The Centers for Disease Control and Prevention (CDC) issued a new Guideline for Hand Hygiene in Health-Care Settings in October 2002. This document provides guidelines for selecting and using hand cleaning agents such as plain soap, alcohols, chlorhexidine (CHG), chloroxylenol (PCMX), hexachlorophene, iodine and iodophors, quaternary ammonium compounds, and triclosan. Becoming familiar with each of these product classifications will help you make informed choices for your practice setting.
Some of the issues to consider in selecting a handwashing agent:
- the type of procedure performed (i.e. surgical v. nonsurgical),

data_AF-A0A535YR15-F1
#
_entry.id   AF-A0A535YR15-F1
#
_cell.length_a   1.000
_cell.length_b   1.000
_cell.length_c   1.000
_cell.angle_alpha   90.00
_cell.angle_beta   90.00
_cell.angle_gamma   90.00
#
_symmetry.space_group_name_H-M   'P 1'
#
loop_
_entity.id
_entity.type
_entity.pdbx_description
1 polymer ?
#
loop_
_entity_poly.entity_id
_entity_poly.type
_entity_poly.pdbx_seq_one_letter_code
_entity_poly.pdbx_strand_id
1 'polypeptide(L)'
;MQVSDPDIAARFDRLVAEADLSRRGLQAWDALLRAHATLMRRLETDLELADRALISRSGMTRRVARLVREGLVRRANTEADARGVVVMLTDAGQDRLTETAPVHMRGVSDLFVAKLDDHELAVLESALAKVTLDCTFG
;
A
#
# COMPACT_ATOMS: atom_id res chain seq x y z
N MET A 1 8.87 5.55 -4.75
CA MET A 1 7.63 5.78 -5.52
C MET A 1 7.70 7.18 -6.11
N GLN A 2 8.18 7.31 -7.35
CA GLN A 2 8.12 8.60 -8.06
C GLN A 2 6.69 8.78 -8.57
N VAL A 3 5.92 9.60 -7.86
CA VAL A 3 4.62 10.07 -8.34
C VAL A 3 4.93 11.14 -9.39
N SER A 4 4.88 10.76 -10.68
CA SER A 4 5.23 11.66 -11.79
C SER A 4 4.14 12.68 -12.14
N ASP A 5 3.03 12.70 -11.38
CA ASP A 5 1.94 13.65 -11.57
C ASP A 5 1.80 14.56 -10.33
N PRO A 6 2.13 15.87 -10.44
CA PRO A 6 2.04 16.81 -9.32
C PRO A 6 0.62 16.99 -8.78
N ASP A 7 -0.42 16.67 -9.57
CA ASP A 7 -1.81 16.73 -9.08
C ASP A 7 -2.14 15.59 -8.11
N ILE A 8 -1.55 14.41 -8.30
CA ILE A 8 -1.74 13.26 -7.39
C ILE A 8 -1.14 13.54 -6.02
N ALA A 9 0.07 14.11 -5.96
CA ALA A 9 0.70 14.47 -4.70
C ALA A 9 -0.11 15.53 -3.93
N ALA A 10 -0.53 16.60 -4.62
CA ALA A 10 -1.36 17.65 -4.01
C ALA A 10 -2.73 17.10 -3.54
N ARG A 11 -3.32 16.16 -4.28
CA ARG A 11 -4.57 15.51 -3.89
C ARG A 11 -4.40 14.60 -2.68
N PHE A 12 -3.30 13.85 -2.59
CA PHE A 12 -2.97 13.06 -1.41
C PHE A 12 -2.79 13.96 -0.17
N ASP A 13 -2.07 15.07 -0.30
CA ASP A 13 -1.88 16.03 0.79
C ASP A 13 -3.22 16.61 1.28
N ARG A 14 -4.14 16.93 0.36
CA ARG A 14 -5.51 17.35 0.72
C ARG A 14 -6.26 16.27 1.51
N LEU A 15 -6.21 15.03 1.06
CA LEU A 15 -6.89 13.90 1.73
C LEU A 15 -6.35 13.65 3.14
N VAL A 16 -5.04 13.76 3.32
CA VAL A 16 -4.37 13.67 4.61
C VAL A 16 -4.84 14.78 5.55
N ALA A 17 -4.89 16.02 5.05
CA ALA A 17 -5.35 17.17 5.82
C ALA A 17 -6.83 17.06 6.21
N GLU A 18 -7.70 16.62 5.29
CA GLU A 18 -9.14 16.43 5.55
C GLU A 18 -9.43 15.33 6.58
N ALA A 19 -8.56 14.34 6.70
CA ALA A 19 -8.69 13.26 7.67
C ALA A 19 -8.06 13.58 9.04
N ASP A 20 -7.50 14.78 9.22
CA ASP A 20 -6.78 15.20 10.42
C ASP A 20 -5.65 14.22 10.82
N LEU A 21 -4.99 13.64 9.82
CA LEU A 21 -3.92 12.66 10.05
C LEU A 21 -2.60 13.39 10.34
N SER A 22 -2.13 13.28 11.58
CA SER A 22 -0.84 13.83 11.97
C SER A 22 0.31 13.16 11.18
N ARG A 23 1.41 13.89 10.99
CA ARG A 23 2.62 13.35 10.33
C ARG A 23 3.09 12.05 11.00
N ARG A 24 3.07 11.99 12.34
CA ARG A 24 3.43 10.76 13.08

- how to make the agent readily available to all users,
- persistent antimicrobial activity (particularly for surgical hand asepsis),
- inhibition of the active ingredient in the presence of organic material such as blood, and
- user preferences.
For most routine procedures, washing with plain soap/detergent appears adequate. Use antimicrobial soap/agents/products for more invasive procedures, such as surgery. Conveniently placed sinks, towels, and soaps encourage their use. When possible, use alternative sink controls such as foot- or sensor-activated faucets. When you have to use your hands to turn off the water, use a paper towel to contact the faucet.
Vigorously rubbing lathered hands together under a stream of water for a minimum of ten seconds is adequate for routine handwashing. Always follow the handwashing agent's label instructions for contact time. Follow with thorough rinsing under a stream of water, then dry hands well.
For more handwashing info, check out CDC's Hand Hygiene FAQs.